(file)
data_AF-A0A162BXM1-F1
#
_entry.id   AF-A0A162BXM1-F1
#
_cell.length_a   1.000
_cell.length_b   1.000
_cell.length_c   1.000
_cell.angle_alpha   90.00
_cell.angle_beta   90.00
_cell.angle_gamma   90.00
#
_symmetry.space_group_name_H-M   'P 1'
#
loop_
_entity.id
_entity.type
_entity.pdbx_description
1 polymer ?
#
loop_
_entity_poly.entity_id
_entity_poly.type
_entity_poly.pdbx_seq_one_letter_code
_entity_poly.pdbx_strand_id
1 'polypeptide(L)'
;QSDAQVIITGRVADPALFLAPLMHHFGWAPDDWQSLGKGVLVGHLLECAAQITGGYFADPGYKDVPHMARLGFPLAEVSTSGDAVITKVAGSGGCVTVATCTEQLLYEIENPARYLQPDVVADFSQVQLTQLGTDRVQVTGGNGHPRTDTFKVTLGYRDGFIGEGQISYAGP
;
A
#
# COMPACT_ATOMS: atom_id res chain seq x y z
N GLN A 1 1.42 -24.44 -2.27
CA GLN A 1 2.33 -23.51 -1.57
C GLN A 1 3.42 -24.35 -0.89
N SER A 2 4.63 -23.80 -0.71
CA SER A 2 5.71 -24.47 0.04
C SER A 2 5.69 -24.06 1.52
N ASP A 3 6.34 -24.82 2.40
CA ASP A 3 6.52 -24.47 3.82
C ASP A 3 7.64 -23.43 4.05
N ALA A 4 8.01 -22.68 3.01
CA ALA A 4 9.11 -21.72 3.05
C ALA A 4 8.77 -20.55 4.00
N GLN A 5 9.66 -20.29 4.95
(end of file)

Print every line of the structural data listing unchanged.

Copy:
data_AF-A0A162BXM1-F1
#
_entry.id   AF-A0A162BXM1-F1
#
_cell.length_a   1.000
_cell.length_b   1.000
_cell.length_c   1.000
_cell.angle_alpha   90.00
_cell.angle_beta   90.00
_cell.angle_gamma   90.00
#
_symmetry.space_group_name_H-M   'P 1'
#
loop_
_entity.id
_entity.type
_entity.pdbx_description
1 polymer ?
#
loop_
_entity_poly.entity_id
_entity_poly.type
_entity_poly.pdbx_seq_one_letter_code
_entity_poly.pdbx_strand_id
1 'polypeptide(L)'
;QSDAQVIITGRVADPALFLAPLMHHFGWAPDDWQSLGKGVLVGHLLECAAQITGGYFADPGYKDVPHMARLGFPLAEVSTSGDAVITKVAGSGGCVTVATCTEQLLYEIENPARYLQPDVVADFSQVQLTQLGTDRVQVTGGNGHPRTDTFKVTLGYRDGFIGEGQISYAGP
;
A
#
# COMPACT_ATOMS: atom_id res chain seq x y z
N GLN A 1 1.42 -24.44 -2.27
CA GLN A 1 2.33 -23.51 -1.57
C GLN A 1 3.42 -24.35 -0.89
N SER A 2 4.63 -23.80 -0.71
CA SER A 2 5.71 -24.47 0.04
C SER A 2 5.69 -24.06 1.52
N ASP A 3 6.34 -24.82 2.40
CA ASP A 3 6.52 -24.47 3.82
C ASP A 3 7.64 -23.43 4.05
N ALA A 4 8.01 -22.68 3.01
CA ALA A 4 9.11 -21.72 3.05
C ALA A 4 8.77 -20.55 4.00
N GLN A 5 9.66 -20.29 4.95